What students, parents and other taxpayers are told about public school districts may be headed for big changes.

A key state panel Monday discussed expanding topics covered in yearly reports, including the success of early childhood programs, teacher quality and how students fare after high school.

The state Accountability Commission, which advises the state Board of Elementary and Secondary Education, did not take any votes.

Officials emphasized that the talks are preliminary.

But commission members said they are interested in expanding how districts are portrayed beyond the annual letter grades that play a huge role in shaping views.

Under current practices, those grades stem mostly from how students in grades 3-12 fare on key tests.

Under review is whether to offer snapshots in other areas to better reflect students in kindergarten through second grade, and younger.

Mickey Landry, a commission member, said any such discussion a few years ago would have been criticized because it did not involve test results.

"I think this is headed in a good direction," said Landry, a New Orleans charter school leader.

Kathy Noel, chairwoman of the panel and an educator in DeSoto Parish in northwest Louisiana, noted that the public school landscape has undergone sweeping changes since today's District Performance Scores were formulated.

Jessica Baghian, assistant state superintendent for assessments and accountability, led the discussion and noted that early childhood education has undergone a makeover in recent years.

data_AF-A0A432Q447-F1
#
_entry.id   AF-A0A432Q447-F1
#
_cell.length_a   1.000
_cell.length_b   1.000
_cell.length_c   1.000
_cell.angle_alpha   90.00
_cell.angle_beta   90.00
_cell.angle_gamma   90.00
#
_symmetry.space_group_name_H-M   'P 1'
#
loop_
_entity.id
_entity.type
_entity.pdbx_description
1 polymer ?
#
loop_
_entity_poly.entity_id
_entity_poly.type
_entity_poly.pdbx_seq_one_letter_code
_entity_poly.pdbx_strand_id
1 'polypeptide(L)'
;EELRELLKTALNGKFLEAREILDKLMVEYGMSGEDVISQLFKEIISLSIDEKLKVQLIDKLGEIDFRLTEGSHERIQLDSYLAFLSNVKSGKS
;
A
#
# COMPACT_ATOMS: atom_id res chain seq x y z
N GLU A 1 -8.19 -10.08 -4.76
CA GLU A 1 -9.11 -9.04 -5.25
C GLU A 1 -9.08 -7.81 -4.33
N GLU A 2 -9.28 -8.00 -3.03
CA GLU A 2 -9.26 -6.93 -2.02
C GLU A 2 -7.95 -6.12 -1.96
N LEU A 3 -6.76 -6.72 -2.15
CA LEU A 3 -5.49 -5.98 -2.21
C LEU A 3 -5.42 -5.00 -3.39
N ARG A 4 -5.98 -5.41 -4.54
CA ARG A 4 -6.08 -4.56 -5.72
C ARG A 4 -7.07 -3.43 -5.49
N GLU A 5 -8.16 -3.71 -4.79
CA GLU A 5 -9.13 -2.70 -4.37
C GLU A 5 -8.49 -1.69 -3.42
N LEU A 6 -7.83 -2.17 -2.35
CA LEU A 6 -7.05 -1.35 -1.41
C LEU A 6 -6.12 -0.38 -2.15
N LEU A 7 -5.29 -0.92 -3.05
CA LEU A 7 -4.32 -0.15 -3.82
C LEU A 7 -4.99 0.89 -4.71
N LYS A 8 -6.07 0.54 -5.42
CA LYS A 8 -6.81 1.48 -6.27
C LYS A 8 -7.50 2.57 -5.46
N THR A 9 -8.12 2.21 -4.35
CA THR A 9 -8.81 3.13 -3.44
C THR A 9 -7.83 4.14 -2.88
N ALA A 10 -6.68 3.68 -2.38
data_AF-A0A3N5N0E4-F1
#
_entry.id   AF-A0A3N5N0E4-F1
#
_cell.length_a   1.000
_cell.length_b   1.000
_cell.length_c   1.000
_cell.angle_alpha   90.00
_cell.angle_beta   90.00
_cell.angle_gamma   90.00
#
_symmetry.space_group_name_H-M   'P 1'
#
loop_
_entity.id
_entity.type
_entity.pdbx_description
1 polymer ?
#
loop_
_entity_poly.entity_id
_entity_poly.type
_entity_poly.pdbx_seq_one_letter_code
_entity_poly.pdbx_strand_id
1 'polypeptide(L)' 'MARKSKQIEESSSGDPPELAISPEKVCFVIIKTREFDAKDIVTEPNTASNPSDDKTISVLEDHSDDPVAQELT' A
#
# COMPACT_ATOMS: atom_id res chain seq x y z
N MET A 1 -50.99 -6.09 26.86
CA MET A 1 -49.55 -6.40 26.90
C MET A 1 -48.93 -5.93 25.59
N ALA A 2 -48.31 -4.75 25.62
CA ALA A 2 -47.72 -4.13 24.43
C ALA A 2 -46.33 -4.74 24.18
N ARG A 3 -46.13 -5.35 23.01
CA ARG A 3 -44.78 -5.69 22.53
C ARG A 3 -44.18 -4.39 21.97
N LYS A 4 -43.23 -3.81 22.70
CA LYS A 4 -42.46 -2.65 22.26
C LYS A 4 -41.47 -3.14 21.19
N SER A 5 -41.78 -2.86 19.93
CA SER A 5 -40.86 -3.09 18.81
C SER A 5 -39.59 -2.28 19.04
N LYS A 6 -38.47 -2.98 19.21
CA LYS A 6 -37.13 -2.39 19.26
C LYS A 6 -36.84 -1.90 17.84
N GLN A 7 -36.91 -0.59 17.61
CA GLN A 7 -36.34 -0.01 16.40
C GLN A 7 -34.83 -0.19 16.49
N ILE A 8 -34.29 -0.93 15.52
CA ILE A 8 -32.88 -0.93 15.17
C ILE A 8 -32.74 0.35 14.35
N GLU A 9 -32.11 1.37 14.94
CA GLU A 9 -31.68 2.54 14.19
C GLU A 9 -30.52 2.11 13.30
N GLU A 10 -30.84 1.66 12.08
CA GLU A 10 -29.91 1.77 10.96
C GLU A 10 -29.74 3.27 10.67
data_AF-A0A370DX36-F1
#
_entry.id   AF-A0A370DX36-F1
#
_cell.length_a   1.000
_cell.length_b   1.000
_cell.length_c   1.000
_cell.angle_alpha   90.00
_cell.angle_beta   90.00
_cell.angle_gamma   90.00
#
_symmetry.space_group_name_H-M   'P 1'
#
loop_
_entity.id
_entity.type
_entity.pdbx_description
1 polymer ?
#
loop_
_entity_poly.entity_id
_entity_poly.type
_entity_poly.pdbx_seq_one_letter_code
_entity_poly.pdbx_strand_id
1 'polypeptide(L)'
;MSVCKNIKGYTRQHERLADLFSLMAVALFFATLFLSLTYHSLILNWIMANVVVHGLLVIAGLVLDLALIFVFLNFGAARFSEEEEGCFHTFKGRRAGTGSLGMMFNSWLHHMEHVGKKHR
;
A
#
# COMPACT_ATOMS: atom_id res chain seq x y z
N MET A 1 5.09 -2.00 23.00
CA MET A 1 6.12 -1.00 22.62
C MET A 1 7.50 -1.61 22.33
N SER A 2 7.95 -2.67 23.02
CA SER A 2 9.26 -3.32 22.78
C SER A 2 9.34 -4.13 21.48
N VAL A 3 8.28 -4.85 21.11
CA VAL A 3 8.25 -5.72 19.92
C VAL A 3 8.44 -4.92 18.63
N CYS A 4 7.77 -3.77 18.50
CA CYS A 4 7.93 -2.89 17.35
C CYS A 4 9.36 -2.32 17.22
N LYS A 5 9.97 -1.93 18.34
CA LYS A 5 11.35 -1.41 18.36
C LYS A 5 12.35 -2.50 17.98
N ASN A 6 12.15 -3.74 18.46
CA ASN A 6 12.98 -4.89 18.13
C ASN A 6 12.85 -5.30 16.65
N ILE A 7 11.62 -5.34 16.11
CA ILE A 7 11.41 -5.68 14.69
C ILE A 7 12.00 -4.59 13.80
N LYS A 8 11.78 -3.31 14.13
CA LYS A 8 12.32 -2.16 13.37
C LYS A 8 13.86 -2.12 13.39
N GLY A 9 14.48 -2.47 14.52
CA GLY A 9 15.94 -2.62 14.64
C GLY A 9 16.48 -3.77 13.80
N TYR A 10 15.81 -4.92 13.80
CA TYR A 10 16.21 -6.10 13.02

Baghian said some superintendents and others have said there should be ways for taxpayers to see how districts are handling new areas of emphasis in assessing their performance.

The issue, she said, is whether reporting on districts should represent a broad or narrow scope.

Another possible topic of new attention would be teacher quality. For instance, about one in five public school teachers are either uncertified or teaching outside their area of expertise. Is there a link between a district in the top group, where 13 percent are uncertified or in the bottom quartile, where 34 percent are uncertified or teaching a subject where they are not certified?

Nearly four in 10 teachers leave the classroom within five years, according to figures compiled by the state Department of Education. However, those rates vary by district, with those at the top seeing 28 percent leave teaching while 47 percent do so in the most turnover-prone school systems.

Pay, tenure and teacher evaluations are other topics in the mix.

"It is really just to give a snapshot on what superintendents spend so much time thinking about," Baghian told the group. "The question is 'What do we view districts are responsible for?'"

Debbie Meaux, a commission member and president of the Louisiana Association of Educators, said she has concerns about districts being held accountable for operations they do not control, like private child care centers.

Others said district officials help shape the quality of child care operations because many of those youngsters will enter their schools.

Whether teacher quality, child care and the post-high school success of students would be part of letter grade calculations is unclear.

BESE would make that decision.

Judy Vail, a commission member and a Calcasieu Parish educator, said expanding district snapshots has some appeal.

"I think teachers are ready for it," Vail said. "I don't know if principals are ready for it."

State officials said a third measuring stick could focus on how students fare after high school

That could include those who earn TOPS scholarships or enter the state's Jump Start program to pursue industry certification for high-wage careers.


Follow Will Sentell on Twitter, @WillSentell.